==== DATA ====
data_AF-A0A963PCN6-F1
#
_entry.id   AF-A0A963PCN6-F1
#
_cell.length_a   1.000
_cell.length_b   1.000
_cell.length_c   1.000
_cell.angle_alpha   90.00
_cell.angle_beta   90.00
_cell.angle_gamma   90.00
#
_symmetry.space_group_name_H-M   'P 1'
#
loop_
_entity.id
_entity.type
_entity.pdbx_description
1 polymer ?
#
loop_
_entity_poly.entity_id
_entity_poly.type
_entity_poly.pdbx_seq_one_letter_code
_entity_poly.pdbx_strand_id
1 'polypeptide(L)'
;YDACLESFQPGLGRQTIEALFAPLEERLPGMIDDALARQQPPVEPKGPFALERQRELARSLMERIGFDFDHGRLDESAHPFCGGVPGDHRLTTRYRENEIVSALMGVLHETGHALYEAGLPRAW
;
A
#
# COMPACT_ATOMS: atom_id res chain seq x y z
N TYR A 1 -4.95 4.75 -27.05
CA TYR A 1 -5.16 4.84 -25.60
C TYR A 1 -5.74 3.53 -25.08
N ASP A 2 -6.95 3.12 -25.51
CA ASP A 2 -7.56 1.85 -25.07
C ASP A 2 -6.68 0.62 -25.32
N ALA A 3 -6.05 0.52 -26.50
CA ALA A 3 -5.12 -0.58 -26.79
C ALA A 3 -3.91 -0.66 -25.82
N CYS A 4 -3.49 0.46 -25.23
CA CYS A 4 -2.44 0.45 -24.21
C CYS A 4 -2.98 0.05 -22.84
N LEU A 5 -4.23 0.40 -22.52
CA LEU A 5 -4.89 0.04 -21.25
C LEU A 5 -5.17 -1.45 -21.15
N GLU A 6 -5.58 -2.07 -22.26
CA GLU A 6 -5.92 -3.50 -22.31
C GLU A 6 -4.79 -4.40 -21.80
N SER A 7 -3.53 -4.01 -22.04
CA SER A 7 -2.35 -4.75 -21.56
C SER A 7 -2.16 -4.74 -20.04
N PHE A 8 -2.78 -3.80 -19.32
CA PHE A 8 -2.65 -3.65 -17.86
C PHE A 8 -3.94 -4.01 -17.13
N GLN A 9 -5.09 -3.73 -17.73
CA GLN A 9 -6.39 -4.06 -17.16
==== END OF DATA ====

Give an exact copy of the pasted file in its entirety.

data_AF-A0A963PCN6-F1
#
_entry.id   AF-A0A963PCN6-F1
#
_cell.length_a   1.000
_cell.length_b   1.000
_cell.length_c   1.000
_cell.angle_alpha   90.00
_cell.angle_beta   90.00
_cell.angle_gamma   90.00
#
_symmetry.space_group_name_H-M   'P 1'
#
loop_
_entity.id
_entity.type
_entity.pdbx_description
1 polymer ?
#
loop_
_entity_poly.entity_id
_entity_poly.type
_entity_poly.pdbx_seq_one_letter_code
_entity_poly.pdbx_strand_id
1 'polypeptide(L)'
;YDACLESFQPGLGRQTIEALFAPLEERLPGMIDDALARQQPPVEPKGPFALERQRELARSLMERIGFDFDHGRLDESAHPFCGGVPGDHRLTTRYRENEIVSALMGVLHETGHALYEAGLPRAW
;
A
#
# COMPACT_ATOMS: atom_id res chain seq x y z
N TYR A 1 -4.95 4.75 -27.05
CA TYR A 1 -5.16 4.84 -25.60
C TYR A 1 -5.74 3.53 -25.08
N ASP A 2 -6.95 3.12 -25.51
CA ASP A 2 -7.56 1.85 -25.07
C ASP A 2 -6.68 0.62 -25.32
N ALA A 3 -6.05 0.52 -26.50
CA ALA A 3 -5.12 -0.58 -26.79
C ALA A 3 -3.91 -0.66 -25.82
N CYS A 4 -3.49 0.46 -25.23
CA CYS A 4 -2.44 0.45 -24.21
C CYS A 4 -2.98 0.05 -22.84
N LEU A 5 -4.23 0.40 -22.52
CA LEU A 5 -4.89 0.04 -21.25
C LEU A 5 -5.17 -1.45 -21.15
N GLU A 6 -5.58 -2.07 -22.26
CA GLU A 6 -5.92 -3.50 -22.31
C GLU A 6 -4.79 -4.40 -21.80
N SER A 7 -3.53 -4.01 -22.04
CA SER A 7 -2.35 -4.75 -21.56
C SER A 7 -2.16 -4.74 -20.04
N PHE A 8 -2.78 -3.80 -19.32
CA PHE A 8 -2.65 -3.65 -17.86
C PHE A 8 -3.94 -4.01 -17.13
N GLN A 9 -5.09 -3.73 -17.73
CA GLN A 9 -6.39 -4.06 -17.16